Nostalgia Is a Toxin

Childhood — oh, you are the great universal.

You bound me into who I am today, but you are just a shell — I had to shed the dreams you enthralled me with to writhe away from your grasp. That boundless freedom of having every option was a prison all the same, and I knew it. But I miss you still, and sometimes I wonder… Have you forever slipped away from my reach?

Into my heart an air that kills
⠀From yon far country blows;
What are those blue remembered hills,
⠀What spires, what farms are those?

That is the land of lost content,
⠀I see it shining plain,
The happy highways where I went
⠀And cannot come again.

— AE Housman, A Shropshire Lad

I am descending into adulthood, into ossification and surety — I am inheriting a new, well-defined image of myself, only the image is stricter this time: it is contracted and negotiated, agreed to and certified, credentialed and approved and signed off on — I am boxing myself up in a box of my own making and shipping myself to the best destination I can afford postage to. Gosh, what a thing… To be freer than I ever have been, but only because of my constraints.

In this everlasting struggle between freedom and responsibility, nothingness and somethingness, definition and amorphousness, I don’t know which role to play or where to stand. The dunes shift their weights from peak to peak and I am slipping down their sandy slopes like Ozymandias, always knowing that whatever kingdom I build is impermanent and will be blown apart by the winds of time in short order. And walking the middle way is a sure way to be torn to pieces by those who disagree about whether it is even right to walk it.

There rolls the deep where grew the tree.
⠀O earth, what changes hast thou seen!
⠀There where the long street roars, hath been
The stillness of the central sea.

The hills are shadows, and they flow
⠀From form to form, and nothing stands;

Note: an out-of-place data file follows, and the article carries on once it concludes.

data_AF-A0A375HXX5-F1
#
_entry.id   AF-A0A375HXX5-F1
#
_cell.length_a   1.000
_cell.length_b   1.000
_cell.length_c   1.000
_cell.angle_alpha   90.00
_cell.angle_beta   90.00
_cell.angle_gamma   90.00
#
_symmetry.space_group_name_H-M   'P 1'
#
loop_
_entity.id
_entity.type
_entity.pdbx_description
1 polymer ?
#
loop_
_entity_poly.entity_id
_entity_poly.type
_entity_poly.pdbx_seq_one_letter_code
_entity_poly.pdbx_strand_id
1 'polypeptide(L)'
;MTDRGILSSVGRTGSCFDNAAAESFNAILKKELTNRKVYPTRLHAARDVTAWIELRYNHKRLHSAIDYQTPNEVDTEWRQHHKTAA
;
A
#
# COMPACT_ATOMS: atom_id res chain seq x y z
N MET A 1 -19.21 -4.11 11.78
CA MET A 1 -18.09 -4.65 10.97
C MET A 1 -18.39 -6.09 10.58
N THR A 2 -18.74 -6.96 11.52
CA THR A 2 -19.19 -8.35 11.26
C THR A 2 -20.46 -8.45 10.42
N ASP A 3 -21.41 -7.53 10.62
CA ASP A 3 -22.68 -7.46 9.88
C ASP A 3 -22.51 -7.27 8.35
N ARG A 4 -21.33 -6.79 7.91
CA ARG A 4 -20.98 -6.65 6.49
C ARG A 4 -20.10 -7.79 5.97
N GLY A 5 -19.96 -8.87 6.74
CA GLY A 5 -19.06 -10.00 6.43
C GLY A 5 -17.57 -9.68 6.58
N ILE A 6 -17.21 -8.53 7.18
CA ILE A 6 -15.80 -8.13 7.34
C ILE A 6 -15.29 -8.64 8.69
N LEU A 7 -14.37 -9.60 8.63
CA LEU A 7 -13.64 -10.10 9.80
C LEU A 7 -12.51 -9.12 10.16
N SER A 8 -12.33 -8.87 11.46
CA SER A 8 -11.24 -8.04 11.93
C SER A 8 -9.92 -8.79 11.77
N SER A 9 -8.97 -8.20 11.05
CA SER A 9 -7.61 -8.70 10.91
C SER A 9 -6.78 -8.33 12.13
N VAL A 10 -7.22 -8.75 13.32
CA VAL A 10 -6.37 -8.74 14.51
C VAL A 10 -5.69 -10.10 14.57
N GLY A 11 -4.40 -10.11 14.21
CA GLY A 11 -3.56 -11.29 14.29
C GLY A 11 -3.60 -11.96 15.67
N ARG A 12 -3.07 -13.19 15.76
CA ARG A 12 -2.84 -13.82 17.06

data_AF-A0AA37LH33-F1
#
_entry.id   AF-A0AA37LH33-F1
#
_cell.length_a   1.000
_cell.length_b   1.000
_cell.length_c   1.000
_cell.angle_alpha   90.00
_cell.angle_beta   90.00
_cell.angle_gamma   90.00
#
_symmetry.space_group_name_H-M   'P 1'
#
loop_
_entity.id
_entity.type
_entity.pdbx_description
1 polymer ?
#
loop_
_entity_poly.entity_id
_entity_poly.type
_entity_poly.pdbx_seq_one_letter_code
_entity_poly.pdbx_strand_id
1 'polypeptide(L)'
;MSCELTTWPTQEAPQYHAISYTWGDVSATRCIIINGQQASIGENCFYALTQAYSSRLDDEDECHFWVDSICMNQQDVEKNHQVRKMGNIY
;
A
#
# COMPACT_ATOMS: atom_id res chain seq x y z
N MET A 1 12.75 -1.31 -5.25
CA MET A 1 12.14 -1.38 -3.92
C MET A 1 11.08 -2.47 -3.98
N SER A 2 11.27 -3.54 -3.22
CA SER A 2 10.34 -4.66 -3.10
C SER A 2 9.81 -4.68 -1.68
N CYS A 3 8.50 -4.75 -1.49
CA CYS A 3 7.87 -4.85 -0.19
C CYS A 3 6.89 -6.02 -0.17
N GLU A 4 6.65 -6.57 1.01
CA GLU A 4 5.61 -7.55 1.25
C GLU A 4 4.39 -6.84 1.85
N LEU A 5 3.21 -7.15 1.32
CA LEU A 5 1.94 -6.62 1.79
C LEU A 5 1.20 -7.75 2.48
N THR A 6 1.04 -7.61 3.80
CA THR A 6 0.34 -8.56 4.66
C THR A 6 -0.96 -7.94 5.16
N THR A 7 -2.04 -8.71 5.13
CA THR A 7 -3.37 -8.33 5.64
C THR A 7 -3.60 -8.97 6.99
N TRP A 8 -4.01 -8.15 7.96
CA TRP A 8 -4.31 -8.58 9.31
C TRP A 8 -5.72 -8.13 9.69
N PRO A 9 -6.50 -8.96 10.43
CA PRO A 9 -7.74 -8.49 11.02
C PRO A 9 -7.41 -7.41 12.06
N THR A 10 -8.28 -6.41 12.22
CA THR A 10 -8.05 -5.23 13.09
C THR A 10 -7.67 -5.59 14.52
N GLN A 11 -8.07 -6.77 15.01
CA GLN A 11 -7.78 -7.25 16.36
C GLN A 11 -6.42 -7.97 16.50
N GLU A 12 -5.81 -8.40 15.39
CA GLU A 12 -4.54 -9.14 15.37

⠀They melt like mist, the solid lands,
Like clouds they shape themselves and go.

But in my spirit will I dwell,
⠀And dream my dream, and hold it true;
⠀For tho’ my lips may breathe adieu,
I cannot think the thing farewell.

— Alfred Lord Tennyson, In Memoriam, Section 123

I am trying to weave my way through life like a threadmaker guides her finest needle through the tender fabric of fate, but my hands are shaking so I resort to using a machine, and, being in dearth of good material, I’m forced to cut myself from the same cloth as everyone else.

What a shock, to grow up, and to realize the reason all the people who puzzled me as a child because they looked so normal and dreary and dreadfully standard were the way they were because of something I hand’t yet learned — the cloth of life is hard to cut, harder to repair, and nearly impossible to fashion into anything stylish. So why cut your own cloth or style your own clothes if you know you’ll only end up adorned in rags? Why not just buy a shirt off the shelf and be average?

You see, that’s what all those people did, and I couldn’t understand why, because I didn’t know how hard it was to make your own clothes. And sometimes I realize something that feels more profound — that even these clothes, nice as they may be, are abominations, for we are all only our naked selves — the cloaks of our personas cannot keep us safe from the ever-advancing reach of decay. So why do we invent all these abstractions and beat around the bush so much? We are all going to die, why not embrace it? Why not rush headlong into life and be naked and free, roaming earth under the sun as we were meant to be?